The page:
No matter what kinds of failures or struggles we bring into this moment, when we take communion we recognize that Jesus has saved you a seat at his table and invites us to sit with him.
3. Our suffering and death are not the end.
In 1 Corinthians 11:26, Paul writes, “For as often as you eat this bread and drink the cup, you proclaim the Lord’s death until he comes.” In other words, communion looks forward, in hope, to the world to come. And, boy, do we need that hope.
In this world, good people live with hardship. They struggle with poverty. They struggle with illness. With need. With conflict. And, in the end, we all succumb to death. But the table proclaims, “Poverty is not the end! Sickness is not the end! Conflict is not the end! Death is not the end! As surely as Jesus rose, he will return again.” Our hardship, like Jesus’ cross, is part of God’s good plan to bring salvation into the world.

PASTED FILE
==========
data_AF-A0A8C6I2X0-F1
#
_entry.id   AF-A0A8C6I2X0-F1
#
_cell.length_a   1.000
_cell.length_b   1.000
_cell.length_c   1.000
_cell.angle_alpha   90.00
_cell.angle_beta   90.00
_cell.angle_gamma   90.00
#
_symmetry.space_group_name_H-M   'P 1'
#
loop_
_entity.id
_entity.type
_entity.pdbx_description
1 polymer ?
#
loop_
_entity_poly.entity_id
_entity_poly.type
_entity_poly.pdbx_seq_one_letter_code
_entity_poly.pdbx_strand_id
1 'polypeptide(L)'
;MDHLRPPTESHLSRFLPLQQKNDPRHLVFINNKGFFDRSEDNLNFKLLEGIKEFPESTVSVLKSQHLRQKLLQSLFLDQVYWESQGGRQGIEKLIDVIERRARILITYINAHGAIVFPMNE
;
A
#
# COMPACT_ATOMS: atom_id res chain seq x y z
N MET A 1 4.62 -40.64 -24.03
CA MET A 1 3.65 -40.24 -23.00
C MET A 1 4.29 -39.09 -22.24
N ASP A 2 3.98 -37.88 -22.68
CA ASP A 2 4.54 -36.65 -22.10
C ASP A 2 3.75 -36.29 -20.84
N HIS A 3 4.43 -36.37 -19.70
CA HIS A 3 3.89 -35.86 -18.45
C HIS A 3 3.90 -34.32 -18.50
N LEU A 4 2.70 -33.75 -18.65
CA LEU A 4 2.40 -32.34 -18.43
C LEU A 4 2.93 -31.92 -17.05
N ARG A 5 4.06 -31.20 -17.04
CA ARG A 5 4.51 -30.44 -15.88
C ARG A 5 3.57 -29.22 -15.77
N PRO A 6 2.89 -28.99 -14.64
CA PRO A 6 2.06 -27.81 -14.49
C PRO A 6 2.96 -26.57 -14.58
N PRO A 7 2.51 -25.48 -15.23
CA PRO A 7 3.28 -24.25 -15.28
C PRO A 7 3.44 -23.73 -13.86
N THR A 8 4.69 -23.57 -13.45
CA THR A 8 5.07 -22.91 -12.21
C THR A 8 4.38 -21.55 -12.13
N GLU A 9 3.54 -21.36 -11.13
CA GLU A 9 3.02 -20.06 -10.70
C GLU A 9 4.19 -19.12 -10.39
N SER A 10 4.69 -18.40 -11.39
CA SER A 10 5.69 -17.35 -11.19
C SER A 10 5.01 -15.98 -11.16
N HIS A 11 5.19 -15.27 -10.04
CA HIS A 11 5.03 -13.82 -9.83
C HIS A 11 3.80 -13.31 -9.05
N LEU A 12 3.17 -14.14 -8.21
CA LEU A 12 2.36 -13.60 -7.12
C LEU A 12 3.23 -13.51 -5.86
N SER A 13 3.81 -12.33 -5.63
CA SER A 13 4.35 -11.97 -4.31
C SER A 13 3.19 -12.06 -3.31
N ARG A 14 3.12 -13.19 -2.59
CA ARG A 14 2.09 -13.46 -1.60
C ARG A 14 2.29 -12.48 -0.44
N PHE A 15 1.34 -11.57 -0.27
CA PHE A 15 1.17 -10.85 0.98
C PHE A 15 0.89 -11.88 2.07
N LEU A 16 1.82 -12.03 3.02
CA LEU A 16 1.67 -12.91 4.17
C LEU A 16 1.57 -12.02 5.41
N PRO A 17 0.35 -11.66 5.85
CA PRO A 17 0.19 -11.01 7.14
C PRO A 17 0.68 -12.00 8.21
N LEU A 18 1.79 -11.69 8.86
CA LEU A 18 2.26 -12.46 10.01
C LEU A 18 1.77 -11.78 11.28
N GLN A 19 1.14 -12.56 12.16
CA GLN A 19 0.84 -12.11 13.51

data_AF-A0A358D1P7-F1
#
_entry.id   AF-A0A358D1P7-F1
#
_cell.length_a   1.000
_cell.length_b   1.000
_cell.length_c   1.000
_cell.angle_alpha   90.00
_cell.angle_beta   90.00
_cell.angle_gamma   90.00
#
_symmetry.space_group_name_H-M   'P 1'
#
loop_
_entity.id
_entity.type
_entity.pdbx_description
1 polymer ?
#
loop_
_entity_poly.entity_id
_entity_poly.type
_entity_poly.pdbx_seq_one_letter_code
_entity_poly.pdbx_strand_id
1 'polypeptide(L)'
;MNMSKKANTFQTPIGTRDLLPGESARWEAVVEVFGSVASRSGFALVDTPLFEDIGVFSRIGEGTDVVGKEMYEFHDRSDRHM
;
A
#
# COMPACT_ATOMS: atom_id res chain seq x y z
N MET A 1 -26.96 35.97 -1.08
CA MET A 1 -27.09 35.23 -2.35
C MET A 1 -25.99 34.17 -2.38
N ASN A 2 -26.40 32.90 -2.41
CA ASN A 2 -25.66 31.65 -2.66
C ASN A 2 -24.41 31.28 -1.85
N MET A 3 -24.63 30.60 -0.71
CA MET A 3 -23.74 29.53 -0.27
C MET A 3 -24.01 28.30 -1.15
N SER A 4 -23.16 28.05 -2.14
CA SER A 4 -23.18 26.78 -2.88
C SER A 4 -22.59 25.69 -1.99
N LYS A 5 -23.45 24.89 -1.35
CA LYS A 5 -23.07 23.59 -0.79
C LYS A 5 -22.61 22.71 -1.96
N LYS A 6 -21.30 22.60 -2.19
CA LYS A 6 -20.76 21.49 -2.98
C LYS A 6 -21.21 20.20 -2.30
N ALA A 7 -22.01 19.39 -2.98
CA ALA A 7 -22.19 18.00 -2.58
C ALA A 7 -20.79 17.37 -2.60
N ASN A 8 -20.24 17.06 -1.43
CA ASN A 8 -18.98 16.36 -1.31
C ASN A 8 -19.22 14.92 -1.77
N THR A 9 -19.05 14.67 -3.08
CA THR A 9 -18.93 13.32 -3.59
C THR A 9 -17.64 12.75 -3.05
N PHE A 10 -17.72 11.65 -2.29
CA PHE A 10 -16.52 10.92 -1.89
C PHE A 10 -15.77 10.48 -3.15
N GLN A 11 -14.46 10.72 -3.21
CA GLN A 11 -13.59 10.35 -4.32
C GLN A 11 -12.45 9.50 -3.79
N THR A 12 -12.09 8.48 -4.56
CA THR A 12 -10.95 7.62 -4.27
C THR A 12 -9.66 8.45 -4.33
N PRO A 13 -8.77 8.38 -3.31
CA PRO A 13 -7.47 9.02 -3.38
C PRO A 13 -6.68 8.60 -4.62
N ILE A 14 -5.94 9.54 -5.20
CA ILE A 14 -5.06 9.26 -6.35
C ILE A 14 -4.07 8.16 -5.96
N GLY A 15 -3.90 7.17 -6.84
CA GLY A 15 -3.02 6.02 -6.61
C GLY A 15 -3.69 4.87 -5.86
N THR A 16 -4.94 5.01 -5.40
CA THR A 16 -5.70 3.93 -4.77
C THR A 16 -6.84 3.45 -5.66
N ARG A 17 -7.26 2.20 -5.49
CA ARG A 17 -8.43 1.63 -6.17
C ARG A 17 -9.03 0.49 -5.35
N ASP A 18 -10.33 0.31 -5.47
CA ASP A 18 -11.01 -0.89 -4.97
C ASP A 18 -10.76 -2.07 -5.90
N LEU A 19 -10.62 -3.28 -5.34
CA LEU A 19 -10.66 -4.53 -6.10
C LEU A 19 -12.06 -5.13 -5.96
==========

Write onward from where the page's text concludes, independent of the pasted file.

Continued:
4. Our church is a community of the forgiven.
Nowhere should the unity of the church be seen more profoundly than when we take communion. When holding the bread and the cup, we are reminded of our common identity—first and foremost, lost sinners who have been redeemed. For by grace we’ve all been saved, by faith, and not even that is of ourselves. It’s the gift of God; not of works, so that no man can boast.
The blood of Jesus is the only hope for the best of us and a certain hope for the worst of us. This blood destroys religious pride, classism, and racial divisions. It washes away our boasting in a beautiful flood of grace.
For as often as you eat this bread and drink the cup, you proclaim the Lord’s death until he comes.
Amen. Come, Lord Jesus.
This article on when we take communion originally appeared here, and is used by permission.